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I don't think this pet peeve of mine has made the list yet: Puzzles that are presented before their solution is made available by some linear triggered event. For example, I find a door that appears to be locked because of an incomplete statue in front of it. I remember where two pieces of the statue are but not the final one. I go hunting for the one I didn't find only to discover I needed to trigger an event by collecting the first two before the final one appeared.

In general, forcing linear solutions to a puzzle is a problem for me, particularly when it isn't obvious. Sure, I need to get the cops to buzz off before I can free the criminal, but I shouldn't need to solve a puzzle to find a lost cat before I can get the key to his cell. This also has a tendency to feel like an arbitrary game extending mechanic because you need to backtrack over places you have combed several times just because a recent event could have changes some small piece of content there. Telltale has a bad habit of doing this from time to time.

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--BROKEN SWORD 1 SPOILERS IN THIS POST--

as I mentioned in posts above I was replaying broken sword 1 and now I finished it. heres some other stuff that bothered me:

* are there any clues that youre supposed to give the newspaper to the builder guy? I just got it on trial and error.

* getting rid of the gendarme in montfaucon. he was there before the clown got there, and still getting rid of the clown is what makes him leave. what? AND the solution to get rid of the clown is silly. at least if could have let you use the red clown nose on him directly to trigger the same thing. the clown only gets there later so you cant use the clown nose too early in the game. that feels like cheating.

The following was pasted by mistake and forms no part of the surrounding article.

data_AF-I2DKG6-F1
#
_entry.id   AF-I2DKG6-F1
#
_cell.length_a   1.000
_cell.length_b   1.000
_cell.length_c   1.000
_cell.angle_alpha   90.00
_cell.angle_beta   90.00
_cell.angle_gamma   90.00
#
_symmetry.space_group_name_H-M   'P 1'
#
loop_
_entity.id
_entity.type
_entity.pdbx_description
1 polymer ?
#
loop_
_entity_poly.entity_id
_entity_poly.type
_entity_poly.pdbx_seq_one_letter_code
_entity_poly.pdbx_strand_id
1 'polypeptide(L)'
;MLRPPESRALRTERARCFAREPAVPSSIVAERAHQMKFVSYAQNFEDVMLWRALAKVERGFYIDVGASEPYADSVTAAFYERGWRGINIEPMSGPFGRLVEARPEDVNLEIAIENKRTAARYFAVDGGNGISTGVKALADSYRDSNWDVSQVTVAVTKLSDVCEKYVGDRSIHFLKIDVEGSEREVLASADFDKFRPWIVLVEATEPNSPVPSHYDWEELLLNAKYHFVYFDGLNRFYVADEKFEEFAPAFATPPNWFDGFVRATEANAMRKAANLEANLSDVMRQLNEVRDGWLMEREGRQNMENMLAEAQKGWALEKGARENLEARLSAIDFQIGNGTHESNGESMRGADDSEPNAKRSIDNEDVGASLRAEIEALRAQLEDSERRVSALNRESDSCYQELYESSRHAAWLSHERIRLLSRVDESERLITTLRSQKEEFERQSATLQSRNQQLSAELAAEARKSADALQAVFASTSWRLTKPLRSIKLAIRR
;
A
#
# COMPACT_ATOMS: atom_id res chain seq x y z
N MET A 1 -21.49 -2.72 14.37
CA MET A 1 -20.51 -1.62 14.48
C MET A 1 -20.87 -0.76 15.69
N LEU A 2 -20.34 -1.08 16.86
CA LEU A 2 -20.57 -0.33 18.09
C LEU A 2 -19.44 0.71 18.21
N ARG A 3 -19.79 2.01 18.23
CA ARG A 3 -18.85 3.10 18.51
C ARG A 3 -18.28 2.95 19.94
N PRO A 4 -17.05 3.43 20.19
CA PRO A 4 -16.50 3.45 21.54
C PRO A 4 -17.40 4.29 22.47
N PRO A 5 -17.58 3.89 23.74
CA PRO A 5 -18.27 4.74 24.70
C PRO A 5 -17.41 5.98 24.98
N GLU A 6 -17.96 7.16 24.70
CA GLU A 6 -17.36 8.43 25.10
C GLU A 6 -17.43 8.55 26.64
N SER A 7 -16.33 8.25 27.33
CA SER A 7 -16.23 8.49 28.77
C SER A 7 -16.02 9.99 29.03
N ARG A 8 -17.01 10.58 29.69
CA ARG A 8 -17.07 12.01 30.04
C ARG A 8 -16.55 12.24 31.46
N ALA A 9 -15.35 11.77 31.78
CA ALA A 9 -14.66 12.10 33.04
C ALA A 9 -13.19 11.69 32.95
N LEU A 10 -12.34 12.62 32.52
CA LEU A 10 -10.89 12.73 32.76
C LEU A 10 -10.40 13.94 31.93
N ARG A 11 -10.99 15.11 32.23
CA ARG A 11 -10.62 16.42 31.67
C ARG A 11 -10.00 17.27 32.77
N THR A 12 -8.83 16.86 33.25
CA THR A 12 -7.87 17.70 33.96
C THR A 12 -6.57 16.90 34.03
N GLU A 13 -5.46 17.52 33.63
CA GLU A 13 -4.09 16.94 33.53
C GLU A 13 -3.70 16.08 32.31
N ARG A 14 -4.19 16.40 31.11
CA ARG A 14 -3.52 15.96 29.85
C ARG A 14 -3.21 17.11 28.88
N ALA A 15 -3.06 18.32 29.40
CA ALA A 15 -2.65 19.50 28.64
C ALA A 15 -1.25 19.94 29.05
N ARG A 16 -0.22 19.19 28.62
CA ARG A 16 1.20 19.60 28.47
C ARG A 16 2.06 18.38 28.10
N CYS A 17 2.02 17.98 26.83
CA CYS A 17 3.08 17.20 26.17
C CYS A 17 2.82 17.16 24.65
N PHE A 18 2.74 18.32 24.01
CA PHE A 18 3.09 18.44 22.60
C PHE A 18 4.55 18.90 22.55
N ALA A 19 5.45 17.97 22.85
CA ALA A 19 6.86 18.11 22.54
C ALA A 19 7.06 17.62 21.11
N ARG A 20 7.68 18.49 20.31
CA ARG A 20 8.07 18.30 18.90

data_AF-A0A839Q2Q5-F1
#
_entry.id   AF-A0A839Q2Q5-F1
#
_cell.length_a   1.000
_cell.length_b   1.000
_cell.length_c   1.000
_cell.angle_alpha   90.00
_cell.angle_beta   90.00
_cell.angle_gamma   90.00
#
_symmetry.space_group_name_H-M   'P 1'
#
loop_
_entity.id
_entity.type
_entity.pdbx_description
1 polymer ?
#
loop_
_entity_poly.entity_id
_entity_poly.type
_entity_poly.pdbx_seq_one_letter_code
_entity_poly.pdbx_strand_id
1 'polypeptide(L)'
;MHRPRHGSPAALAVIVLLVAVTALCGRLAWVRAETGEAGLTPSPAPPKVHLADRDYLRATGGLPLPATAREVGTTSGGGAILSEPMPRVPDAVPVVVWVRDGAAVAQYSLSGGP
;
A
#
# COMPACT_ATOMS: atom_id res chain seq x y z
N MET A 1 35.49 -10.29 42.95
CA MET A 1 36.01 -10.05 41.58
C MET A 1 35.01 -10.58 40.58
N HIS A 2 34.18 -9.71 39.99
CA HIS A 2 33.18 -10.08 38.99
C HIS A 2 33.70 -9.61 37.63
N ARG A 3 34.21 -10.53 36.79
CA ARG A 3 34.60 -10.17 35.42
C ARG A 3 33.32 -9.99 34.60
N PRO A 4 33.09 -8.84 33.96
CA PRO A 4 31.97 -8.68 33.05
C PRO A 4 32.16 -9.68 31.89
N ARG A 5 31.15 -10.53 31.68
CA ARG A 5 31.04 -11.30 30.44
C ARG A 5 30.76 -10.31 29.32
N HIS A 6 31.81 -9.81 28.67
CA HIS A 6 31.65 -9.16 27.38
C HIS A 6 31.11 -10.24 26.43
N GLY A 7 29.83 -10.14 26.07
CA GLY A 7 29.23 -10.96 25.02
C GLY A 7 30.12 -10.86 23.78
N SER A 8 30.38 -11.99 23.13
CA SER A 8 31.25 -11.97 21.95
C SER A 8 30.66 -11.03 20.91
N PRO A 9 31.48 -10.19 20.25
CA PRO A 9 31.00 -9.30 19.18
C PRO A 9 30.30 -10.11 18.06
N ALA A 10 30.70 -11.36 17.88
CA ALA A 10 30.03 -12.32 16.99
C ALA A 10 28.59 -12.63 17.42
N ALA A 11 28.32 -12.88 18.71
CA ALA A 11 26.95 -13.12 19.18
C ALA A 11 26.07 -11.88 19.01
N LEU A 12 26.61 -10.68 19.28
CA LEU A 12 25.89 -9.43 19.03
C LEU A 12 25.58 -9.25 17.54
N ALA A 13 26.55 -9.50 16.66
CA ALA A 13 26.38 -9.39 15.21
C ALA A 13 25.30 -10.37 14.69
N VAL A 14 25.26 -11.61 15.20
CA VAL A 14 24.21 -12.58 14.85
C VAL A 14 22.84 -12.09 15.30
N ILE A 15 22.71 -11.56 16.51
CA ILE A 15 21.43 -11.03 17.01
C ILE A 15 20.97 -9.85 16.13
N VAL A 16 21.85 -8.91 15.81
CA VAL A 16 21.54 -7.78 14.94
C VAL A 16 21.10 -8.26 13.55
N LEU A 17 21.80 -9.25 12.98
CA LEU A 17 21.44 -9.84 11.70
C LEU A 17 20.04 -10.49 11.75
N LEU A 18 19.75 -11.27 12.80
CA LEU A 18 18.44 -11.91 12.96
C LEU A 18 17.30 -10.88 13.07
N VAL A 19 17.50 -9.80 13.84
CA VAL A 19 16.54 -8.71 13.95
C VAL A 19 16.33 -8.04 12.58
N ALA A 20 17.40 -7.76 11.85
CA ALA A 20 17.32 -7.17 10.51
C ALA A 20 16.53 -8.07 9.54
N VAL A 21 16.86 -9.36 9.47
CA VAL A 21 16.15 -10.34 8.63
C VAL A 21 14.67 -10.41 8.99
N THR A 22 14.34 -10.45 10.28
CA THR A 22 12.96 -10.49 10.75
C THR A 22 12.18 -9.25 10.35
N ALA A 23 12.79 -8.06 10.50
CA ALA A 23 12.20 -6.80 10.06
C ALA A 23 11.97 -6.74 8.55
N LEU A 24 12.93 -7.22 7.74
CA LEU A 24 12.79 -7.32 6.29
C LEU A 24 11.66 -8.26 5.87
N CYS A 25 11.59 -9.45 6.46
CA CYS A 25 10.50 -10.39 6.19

//fix just add another item or something to the game thats only accessible at the right point, and skip the clown nose thing altogether. maybe something like reporting the slacking gendarme to your mates at the police hq.

*the thing that opens the window in the museum is undetectable. invisible pixel hunting? and even though I guess you arent supposed to see the sarcophagus from that part of the room, the guard usually walk in that area and still spots you usually. so what is the point.

//fix. make the layout clearer (where the corner is) and make the guard not walk in that area by default.

*dont like the way its cuts after you achieve the ultimate goal at some location. especially ireland. I never understood why Im even in those bloody ruins? then Im back at nicos?

*in spain, when you hide behind the armor, the gardner looks at you and says he sees you behind there. and then walks off. is this just badly presented or what is going on?

//fix. just have him not notice?

* in spain down the well its not actually that dark. you should be able to see okay. especially since he then (with the mirror) spots whatever it is at a _distance_ and memorizes it. thats poor.

// paint the background darker, or have the cavern longer (further from the lightshaft). put the mirror on the stones at the right spot and angle, instead of "memorizing"?

*all the hassle with the gem and the tripod is just to get the name of a city, which by itself isnt that helpful in the grand scheme of things. I thought this was fairly stupid as a "clue" to the treasure, after all that effort.

//fix - make it give a mysterious item along with the city name, which you end up using there. this at its most basic is puzzle-wise fairly meaningless but sits better in terms of story I think.